The Singapore 180 CST high sulfur fuel oil cash differential fell to a five-month low due to an increase in supply of low-viscosity cargoes, S&P Global Platts data showed.
The cash differential was assessed at 98 cents/mt at the close of Asian trade Thursday, the lowest since March 29 when it was at 50 cents/mt, Platts data showed. The 180 CST HSFO grade was assessed at $440.18/mt Thursday, down $2.72/mt day on day.
While both 180 CST and 380 CST grades are weakening with more arbitrage cargoes coming into Singapore, fuel oil traders said low-viscosity cargoes — mainly from the Middle East and India — have been heading to Singapore at a faster rate than high-viscosity grades.
Singapore is expected to receive more than 4 million mt of arbitrage supply from Europe and the US in September, up from monthly volumes of 3.5 million-4 million mt in July and August, trade sources said.
This has also pressured down the cash differential for 380 CST HSFO to $3.22/mt Thursday, the lowest since July 5 when it was assessed at $3.10/mt, Platts data showed.
Meanwhile, market participants are expecting bunker fuel premiums to ease this month, as fuel oil supply increases and cargo differentials weaken. “Ex-wharf premiums [to Mean of Platts Singapore 380 CST HSFO assessments] are likely to come off gradually with more cargoes expected,” a Singapore bunker fuel trader said.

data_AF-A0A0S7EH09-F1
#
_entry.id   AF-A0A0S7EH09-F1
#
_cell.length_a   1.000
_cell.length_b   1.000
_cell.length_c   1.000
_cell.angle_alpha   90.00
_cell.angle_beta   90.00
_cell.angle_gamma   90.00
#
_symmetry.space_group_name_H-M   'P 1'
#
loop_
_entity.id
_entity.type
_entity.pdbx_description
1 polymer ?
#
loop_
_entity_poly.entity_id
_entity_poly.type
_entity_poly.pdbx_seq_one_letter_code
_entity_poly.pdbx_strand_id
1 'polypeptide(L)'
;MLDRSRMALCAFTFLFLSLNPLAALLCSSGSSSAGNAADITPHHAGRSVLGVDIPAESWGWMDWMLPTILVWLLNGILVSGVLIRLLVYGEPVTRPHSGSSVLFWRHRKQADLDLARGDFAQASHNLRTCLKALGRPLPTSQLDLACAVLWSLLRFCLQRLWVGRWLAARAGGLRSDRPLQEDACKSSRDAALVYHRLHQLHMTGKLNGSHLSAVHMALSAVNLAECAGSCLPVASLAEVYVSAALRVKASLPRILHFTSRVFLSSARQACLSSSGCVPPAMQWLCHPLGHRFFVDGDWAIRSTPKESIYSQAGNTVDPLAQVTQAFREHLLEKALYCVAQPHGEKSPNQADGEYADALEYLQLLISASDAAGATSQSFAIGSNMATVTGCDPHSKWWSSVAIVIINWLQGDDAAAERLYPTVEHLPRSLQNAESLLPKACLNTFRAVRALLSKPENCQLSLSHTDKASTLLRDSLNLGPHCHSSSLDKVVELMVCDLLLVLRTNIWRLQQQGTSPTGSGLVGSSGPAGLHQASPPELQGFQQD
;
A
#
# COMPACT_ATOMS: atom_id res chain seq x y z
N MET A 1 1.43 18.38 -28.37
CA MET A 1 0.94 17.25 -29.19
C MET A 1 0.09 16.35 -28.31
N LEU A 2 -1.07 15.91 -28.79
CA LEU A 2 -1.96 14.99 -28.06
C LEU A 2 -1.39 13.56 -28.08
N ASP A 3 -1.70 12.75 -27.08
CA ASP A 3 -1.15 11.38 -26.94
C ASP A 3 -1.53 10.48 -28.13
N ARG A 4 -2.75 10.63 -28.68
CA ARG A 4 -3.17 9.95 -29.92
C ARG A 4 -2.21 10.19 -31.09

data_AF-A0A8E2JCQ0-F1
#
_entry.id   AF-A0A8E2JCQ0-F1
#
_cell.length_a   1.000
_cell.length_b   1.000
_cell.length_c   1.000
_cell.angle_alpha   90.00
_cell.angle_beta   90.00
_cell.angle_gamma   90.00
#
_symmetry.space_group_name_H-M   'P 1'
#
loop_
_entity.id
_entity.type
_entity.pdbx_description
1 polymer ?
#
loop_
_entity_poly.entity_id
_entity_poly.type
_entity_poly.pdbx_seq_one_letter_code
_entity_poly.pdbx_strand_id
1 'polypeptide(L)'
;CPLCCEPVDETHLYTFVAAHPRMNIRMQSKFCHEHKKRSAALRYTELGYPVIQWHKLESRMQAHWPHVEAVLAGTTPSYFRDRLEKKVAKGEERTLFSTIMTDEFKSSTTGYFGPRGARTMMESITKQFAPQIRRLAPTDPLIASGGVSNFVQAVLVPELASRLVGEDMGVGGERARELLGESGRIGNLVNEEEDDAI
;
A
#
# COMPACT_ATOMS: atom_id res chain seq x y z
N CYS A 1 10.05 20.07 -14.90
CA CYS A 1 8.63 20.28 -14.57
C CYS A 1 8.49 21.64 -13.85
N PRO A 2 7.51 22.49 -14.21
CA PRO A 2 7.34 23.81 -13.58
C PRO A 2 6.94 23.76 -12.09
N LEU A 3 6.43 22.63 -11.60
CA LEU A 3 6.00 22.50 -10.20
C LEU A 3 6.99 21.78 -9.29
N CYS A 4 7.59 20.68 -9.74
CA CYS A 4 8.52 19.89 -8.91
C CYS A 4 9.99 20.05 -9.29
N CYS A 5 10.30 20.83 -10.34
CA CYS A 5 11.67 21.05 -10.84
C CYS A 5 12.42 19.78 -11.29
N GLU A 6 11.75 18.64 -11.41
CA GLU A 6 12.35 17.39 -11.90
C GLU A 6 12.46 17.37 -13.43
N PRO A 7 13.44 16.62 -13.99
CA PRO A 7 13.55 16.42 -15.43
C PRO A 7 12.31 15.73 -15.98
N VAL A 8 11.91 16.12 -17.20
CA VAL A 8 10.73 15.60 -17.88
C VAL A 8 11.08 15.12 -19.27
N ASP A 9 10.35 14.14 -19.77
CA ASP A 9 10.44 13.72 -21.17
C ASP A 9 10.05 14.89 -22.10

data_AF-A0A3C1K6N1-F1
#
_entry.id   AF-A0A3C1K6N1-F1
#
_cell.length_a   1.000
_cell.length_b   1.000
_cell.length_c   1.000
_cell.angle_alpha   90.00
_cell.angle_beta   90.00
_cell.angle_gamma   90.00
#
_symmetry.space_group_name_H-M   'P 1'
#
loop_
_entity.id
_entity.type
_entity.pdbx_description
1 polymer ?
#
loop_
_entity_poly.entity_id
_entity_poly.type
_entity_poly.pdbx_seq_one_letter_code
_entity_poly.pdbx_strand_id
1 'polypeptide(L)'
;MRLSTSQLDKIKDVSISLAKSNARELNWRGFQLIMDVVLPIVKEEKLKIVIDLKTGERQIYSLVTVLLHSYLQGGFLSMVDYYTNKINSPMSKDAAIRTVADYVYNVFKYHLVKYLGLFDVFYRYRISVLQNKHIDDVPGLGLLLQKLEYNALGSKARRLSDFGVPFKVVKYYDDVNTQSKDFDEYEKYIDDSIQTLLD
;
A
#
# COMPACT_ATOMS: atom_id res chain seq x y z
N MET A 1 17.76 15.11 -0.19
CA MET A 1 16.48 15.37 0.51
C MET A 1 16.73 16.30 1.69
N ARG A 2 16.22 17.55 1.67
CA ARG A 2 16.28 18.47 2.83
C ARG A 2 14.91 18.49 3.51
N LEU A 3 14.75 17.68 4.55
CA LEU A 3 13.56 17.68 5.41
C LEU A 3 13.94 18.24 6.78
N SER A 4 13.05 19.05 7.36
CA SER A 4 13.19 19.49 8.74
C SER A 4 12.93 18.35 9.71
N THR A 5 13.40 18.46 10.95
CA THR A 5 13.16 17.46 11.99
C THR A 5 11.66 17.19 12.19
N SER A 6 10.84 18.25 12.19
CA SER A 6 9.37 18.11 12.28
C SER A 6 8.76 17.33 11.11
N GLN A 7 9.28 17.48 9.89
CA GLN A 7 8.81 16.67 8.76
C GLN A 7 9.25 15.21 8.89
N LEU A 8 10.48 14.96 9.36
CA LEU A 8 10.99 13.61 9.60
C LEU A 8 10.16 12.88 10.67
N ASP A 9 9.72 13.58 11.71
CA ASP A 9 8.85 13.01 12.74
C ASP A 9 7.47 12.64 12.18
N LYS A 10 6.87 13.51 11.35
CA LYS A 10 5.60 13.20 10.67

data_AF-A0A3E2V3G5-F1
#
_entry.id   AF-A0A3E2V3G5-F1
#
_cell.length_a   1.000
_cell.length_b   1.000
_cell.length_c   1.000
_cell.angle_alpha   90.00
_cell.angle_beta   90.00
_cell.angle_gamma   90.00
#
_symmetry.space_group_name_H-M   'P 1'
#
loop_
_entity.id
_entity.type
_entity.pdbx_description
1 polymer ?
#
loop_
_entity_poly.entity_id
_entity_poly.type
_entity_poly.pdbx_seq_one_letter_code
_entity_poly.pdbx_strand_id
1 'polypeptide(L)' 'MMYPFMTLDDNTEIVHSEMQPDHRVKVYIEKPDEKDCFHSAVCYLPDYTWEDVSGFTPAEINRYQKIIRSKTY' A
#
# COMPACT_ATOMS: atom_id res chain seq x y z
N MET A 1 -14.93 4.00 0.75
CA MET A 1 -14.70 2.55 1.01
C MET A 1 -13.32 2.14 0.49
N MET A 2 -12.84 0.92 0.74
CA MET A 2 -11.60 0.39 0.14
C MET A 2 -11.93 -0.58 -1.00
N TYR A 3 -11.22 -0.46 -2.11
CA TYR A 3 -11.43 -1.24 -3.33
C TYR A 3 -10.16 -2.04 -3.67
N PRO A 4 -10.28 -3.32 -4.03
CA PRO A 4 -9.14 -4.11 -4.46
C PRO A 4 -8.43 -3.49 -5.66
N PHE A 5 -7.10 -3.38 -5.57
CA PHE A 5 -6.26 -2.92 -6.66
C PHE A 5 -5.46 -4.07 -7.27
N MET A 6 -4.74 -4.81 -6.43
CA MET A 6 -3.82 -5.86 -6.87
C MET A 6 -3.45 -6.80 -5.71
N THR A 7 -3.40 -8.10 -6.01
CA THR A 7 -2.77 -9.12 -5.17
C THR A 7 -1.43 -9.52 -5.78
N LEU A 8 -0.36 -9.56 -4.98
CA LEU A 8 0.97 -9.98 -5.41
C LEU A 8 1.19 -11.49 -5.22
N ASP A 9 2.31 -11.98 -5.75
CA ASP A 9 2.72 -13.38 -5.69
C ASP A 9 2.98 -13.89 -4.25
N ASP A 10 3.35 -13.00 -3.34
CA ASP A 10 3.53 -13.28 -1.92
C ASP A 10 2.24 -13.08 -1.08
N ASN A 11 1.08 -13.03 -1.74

Earlier in August, bunker fuel premiums had stayed largely supported amid concerns over off-spec fuel oil in Singapore, sources said.
Spot ex-wharf 380 CST bunker fuel premiums to MOPS 380 CST HSFO had averaged $9.69/mt in August, up from an average of $6.77/mt in July, Platts data showed.
Premiums or discounts for physical bunker fuel reflect the price that buyers are willing to pay relative to the published benchmark HSFO values.
Source: PlattsPrevious Next
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